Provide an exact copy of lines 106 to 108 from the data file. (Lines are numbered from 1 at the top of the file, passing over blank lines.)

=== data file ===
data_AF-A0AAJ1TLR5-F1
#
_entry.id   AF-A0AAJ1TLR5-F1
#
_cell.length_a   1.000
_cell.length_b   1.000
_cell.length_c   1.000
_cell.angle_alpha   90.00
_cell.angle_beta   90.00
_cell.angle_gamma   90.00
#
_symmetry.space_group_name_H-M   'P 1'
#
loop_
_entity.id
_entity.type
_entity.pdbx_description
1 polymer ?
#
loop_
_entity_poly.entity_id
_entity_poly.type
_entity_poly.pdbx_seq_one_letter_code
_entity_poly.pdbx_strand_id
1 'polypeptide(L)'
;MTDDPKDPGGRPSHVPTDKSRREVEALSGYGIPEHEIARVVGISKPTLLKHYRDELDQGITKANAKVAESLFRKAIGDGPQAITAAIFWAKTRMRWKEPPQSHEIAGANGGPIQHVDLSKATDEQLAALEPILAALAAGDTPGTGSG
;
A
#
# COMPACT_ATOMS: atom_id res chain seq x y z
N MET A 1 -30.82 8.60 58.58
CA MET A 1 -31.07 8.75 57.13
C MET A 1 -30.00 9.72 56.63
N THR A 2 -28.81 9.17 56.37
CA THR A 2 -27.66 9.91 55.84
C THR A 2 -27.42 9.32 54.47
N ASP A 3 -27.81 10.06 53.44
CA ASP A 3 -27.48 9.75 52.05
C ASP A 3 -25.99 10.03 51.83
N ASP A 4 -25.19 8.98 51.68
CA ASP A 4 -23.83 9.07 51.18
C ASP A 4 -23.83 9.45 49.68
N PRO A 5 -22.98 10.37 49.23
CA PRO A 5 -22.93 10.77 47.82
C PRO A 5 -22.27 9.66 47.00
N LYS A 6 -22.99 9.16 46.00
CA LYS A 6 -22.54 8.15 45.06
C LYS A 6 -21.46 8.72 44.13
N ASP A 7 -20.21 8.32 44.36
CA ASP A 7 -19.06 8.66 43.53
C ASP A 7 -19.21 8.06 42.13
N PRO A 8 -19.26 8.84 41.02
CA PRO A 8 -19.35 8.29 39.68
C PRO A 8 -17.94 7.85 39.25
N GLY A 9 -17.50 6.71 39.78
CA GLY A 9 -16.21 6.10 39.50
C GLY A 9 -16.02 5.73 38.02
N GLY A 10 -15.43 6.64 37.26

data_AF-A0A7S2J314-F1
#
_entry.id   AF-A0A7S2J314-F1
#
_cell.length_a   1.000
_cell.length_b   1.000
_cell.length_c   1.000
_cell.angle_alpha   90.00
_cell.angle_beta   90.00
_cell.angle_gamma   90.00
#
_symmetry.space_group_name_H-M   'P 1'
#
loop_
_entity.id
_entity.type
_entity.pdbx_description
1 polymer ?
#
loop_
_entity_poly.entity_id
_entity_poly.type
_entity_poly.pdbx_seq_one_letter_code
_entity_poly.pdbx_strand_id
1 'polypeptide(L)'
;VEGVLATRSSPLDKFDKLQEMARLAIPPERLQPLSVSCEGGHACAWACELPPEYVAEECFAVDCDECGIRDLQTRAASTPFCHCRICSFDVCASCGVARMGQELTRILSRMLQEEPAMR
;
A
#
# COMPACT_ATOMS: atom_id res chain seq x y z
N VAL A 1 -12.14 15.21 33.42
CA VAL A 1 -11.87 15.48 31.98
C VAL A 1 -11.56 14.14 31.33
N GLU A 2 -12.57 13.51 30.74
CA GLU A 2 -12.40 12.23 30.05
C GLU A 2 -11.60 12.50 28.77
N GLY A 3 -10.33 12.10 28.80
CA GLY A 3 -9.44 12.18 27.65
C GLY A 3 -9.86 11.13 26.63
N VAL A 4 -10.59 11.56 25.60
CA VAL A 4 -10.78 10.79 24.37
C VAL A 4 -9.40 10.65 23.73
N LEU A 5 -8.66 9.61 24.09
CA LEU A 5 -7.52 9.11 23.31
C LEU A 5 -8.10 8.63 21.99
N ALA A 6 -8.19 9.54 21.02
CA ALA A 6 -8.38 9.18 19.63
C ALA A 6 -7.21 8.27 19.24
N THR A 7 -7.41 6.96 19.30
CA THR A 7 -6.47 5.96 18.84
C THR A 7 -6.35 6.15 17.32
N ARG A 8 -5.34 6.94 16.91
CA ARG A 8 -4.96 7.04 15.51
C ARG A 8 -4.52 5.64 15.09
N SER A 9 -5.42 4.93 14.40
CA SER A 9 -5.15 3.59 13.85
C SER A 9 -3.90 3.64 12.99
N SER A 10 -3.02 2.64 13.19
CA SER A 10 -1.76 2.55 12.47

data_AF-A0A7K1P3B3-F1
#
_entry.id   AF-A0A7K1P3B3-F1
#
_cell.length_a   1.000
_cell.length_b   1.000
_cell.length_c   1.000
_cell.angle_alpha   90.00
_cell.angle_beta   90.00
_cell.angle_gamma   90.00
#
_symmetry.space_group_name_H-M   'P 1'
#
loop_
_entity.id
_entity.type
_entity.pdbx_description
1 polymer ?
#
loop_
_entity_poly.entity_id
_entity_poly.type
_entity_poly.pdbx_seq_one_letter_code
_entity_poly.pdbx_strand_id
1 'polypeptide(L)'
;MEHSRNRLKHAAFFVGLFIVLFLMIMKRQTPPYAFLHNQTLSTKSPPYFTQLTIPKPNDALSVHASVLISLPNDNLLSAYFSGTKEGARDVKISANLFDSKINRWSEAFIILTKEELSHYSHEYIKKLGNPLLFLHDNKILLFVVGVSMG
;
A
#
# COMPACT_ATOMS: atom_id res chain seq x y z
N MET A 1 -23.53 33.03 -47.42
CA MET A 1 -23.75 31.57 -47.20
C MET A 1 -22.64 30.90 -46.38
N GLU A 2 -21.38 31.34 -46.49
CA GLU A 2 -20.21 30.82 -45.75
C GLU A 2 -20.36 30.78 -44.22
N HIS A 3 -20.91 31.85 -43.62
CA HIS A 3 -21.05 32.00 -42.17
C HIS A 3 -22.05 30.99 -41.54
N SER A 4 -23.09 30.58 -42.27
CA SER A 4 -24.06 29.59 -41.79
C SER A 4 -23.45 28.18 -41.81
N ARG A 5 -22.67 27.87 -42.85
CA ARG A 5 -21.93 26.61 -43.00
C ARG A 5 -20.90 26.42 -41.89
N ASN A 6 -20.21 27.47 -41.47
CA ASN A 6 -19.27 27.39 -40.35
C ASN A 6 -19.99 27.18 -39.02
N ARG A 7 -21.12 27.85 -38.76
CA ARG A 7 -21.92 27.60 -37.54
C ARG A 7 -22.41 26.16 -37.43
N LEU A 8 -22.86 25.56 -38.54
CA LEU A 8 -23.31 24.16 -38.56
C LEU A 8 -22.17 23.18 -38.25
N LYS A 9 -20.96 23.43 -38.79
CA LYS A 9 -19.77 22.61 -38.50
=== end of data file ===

C ALA A 6 -7.21 8.27 19.24
N THR A 7 -7.41 6.96 19.30
CA THR A 7 -6.47 5.96 18.84